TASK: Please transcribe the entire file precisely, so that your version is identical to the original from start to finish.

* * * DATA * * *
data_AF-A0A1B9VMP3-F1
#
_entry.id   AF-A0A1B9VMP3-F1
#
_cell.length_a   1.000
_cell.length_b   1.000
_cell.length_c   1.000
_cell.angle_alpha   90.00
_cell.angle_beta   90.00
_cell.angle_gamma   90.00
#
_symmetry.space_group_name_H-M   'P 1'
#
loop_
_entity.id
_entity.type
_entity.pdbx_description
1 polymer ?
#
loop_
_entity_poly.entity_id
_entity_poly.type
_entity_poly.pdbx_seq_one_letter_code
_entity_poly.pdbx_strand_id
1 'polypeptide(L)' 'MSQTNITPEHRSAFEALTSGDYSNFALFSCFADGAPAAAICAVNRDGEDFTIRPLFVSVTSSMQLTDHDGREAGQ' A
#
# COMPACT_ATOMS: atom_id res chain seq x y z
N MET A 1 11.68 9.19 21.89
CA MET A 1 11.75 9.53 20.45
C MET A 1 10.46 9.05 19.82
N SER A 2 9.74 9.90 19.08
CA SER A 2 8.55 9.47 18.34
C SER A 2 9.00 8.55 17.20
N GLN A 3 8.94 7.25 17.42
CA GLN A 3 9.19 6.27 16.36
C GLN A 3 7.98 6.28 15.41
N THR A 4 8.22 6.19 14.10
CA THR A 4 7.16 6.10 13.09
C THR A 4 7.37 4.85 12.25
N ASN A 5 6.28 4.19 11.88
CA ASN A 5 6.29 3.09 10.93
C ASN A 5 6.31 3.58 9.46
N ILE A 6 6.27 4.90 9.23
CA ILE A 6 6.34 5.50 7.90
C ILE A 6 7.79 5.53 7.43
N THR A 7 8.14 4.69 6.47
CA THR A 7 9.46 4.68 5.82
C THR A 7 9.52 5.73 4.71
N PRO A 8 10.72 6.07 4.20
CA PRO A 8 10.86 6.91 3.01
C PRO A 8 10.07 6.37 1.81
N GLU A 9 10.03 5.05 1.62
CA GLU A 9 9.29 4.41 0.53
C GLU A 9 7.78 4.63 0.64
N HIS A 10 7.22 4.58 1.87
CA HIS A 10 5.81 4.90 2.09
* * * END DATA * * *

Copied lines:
data_AF-A0A1B9VMP3-F1
#
_entry.id   AF-A0A1B9VMP3-F1
#
_cell.length_a   1.000
_cell.length_b   1.000
_cell.length_c   1.000
_cell.angle_alpha   90.00
_cell.angle_beta   90.00
_cell.angle_gamma   90.00
#
_symmetry.space_group_name_H-M   'P 1'
#
loop_
_entity.id
_entity.type
_entity.pdbx_description
1 polymer ?
#
loop_
_entity_poly.entity_id
_entity_poly.type
_entity_poly.pdbx_seq_one_letter_code
_entity_poly.pdbx_strand_id
1 'polypeptide(L)' 'MSQTNITPEHRSAFEALTSGDYSNFALFSCFADGAPAAAICAVNRDGEDFTIRPLFVSVTSSMQLTDHDGREAGQ' A
#
# COMPACT_ATOMS: atom_id res chain seq x y z
N MET A 1 11.68 9.19 21.89
CA MET A 1 11.75 9.53 20.45
C MET A 1 10.46 9.05 19.82
N SER A 2 9.74 9.90 19.08
CA SER A 2 8.55 9.47 18.34
C SER A 2 9.00 8.55 17.20
N GLN A 3 8.94 7.25 17.42
CA GLN A 3 9.19 6.27 16.36
C GLN A 3 7.98 6.28 15.41
N THR A 4 8.22 6.19 14.10
CA THR A 4 7.16 6.10 13.09
C THR A 4 7.37 4.85 12.25
N ASN A 5 6.28 4.19 11.88
CA ASN A 5 6.29 3.09 10.93
C ASN A 5 6.31 3.58 9.46
N ILE A 6 6.27 4.90 9.23
CA ILE A 6 6.34 5.50 7.90
C ILE A 6 7.79 5.53 7.43
N THR A 7 8.14 4.69 6.47
CA THR A 7 9.46 4.68 5.82
C THR A 7 9.52 5.73 4.71
N PRO A 8 10.72 6.07 4.20
CA PRO A 8 10.86 6.91 3.01
C PRO A 8 10.07 6.37 1.81
N GLU A 9 10.03 5.05 1.62
CA GLU A 9 9.29 4.41 0.53
C GLU A 9 7.78 4.63 0.64
N HIS A 10 7.22 4.58 1.87
CA HIS A 10 5.81 4.90 2.09